The U.S. Department of Homeland Security’s Federal Emergency Management Agency (FEMA) this week authorized the use of federal funds from the Nation’s Disaster Relief Fund to help Texas, Oklahoma and New Mexico fight 17 fires burning in those three states.
David Paulison, Acting FEMA director, said the three states’ requests for federal fire management assistance were approved as fires destroyed hundreds of homes and threatened thousands more.
“These fire management assistance grants are critical and necessary steps towards enabling state and local governments fight these fires,” said Paulison. “We are committed to getting our firefighters the funds they need to extinguish dangerous fires that threaten lives and property.”
The authorization makes FEMA funding available to pay 75 percent of the state’s eligible firefighting costs under an approved grant specifically designed for managing, mitigating and controlling any fire that threatens to become a major disaster.
The following fires were approved for Fire Management Assistance Grants:
* Carbon Fire in Eastland County, Texas, which has already burned more than 10,000 acres.
* Ringgold Fire in Montague and Clay counties, Texas , which has burned more than 2,200 acres and destroyed more than 27 homes.
* Kennedale Fire, Tarrant County, Texas, which killed one person and has burned more than 300 acres and threatened more than 100 homes.
* Callahan County Fire, Texas, which has burned more than 1,000 acres and destroyed more than 60 homes near Cross Plains, Texas.
* Hughes County Fire Complex, Hughes and Seminole counties, Oklahoma, which has burned more than 2,600 acres.
* Depew Fire Complex in Creek County, Oklahoma, which has burned more than a thousand acres and threatened 1,450 homes in Bristow , Okla.
* Wainwright Fire Complex in Muskogee County, Oklahoma, which has burned more than 4,000 acres and threatened nearly 12,000 homes in Muskogee , Okla.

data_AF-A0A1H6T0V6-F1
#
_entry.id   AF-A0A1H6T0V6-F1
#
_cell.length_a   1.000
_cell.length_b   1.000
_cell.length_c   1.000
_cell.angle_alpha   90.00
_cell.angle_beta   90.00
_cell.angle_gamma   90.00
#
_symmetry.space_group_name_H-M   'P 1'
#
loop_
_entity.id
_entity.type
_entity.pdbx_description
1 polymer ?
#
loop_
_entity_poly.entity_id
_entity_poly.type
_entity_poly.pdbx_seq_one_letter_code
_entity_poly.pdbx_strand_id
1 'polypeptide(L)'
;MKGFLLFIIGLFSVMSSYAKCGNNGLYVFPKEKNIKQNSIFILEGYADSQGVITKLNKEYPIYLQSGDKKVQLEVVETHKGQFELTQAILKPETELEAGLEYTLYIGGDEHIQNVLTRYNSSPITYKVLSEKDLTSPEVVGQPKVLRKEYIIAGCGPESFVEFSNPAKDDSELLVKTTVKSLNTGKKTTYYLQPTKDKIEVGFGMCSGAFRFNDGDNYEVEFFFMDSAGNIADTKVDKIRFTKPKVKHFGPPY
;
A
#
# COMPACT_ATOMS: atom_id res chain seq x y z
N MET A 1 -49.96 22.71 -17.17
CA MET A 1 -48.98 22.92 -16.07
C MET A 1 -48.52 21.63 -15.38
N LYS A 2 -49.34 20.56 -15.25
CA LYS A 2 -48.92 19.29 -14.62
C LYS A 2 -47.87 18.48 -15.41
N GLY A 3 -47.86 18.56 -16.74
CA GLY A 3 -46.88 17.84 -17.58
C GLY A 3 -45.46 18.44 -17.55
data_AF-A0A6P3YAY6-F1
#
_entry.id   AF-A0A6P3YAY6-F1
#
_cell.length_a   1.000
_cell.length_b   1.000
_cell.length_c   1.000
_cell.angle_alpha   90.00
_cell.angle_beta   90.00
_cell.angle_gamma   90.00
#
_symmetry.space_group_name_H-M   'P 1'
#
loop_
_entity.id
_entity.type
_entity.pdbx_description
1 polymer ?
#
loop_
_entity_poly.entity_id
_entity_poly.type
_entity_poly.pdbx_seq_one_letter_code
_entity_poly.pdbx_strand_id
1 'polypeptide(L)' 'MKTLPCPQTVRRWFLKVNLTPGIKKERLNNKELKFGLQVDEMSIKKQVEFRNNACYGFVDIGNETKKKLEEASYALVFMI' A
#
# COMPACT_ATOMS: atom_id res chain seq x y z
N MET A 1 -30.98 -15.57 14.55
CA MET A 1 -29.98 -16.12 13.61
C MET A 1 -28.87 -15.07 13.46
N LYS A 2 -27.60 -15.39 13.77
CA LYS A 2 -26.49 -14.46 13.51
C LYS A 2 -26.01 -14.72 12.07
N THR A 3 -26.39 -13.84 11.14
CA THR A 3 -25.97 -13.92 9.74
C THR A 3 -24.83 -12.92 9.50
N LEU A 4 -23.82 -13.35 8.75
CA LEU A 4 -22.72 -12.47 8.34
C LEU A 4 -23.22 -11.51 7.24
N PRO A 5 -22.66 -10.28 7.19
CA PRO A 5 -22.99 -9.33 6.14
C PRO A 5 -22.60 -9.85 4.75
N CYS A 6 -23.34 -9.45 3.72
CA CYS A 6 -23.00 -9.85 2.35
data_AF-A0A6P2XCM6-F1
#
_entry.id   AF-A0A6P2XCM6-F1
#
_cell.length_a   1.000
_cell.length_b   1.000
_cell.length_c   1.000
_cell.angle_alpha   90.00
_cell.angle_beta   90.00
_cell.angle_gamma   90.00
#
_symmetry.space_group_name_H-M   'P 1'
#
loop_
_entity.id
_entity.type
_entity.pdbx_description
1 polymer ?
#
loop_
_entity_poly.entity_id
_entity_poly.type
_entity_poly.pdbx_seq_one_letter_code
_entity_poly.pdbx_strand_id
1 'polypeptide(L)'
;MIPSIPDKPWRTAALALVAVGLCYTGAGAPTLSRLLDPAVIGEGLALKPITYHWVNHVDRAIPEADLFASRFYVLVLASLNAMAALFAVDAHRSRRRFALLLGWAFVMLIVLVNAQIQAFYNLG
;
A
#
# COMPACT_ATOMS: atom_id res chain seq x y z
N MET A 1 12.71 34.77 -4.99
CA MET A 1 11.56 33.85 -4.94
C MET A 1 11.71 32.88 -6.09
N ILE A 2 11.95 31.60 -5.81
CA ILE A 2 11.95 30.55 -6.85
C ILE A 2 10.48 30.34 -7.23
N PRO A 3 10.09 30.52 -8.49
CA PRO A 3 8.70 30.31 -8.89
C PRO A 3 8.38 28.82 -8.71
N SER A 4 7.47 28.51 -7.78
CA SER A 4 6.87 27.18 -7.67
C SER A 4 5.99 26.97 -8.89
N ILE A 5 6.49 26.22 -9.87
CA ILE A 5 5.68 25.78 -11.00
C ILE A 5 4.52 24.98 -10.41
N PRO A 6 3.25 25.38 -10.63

* Shamrock Fire Complex in Creek County, Oklahoma, which threatened more than 300 homes in Drumright and Shamrock, Okla.
* Bethel Acres Fire in Pottawatomie County, Oklahoma, which has burned more than 600 acres and threatened 50 homes in Bethel , Okla.
* Cashion Fire Complex in Kingfisher County, Oklahoma, which has burned more than 12,800 acres and threatened more than 100 homes in Cashion, Okla.
* Guthrie Fire in Logan County, Oklahoma, which has burned more than 1,000 acres and threatened approximately 100 homes in Guthrie, Okla.
* Sapulpa Fire Complex in Creek County, Oklahoma, which has burned more than 800 acres and threatened more than 6,500 homes near Kellyville, Okla.
* Prague Fire Complex in Lincoln and Okfuskee counties, Oklahoma, which has burned more than 640 acres and threatened 2,650 homes in eight communities.
* 63rd Street Fire in Oklahoma County, Oklahoma, which has burned some 700 acres near Oklahoma City. The fire threatened 85 homes outside the city.
* Eastern Oklahoma County Fire Complex, Oklahoma , which has destroyed 12 homes and threatened 680 residents.
* Achille Fire Complex, Bryan County, Oklahoma, which is burning on each side of Achille, Okla. Ten homes have been destroyed and another 165 are threatened.
* Hobbs Fire in Lea County, New Mexico, which has burned more than 35,000 acres and forced more than 10,000 people to evacuate. The fire threatened Hobbs and Tatum, N.M.
“The entire federal family continues to monitor the fires in New Mexico, Oklahoma and Texas extremely closely,” Paulison said. “The National Interagency Fire Center in Boise is supporting the operational needs of all states. FEMA will continue to provide coordination and support at the regional and national level as needed.”
Federal fire management assistance is provided through the President’s Disaster Relief Fund and made available by FEMA to assist in fighting fires that threaten to cause a major disaster.
Eligible costs covered by the aid can include expenses for field camps; equipment use, repair and replacement; tools, materials and supplies; sheltering; and mobilization and demobilization activities.
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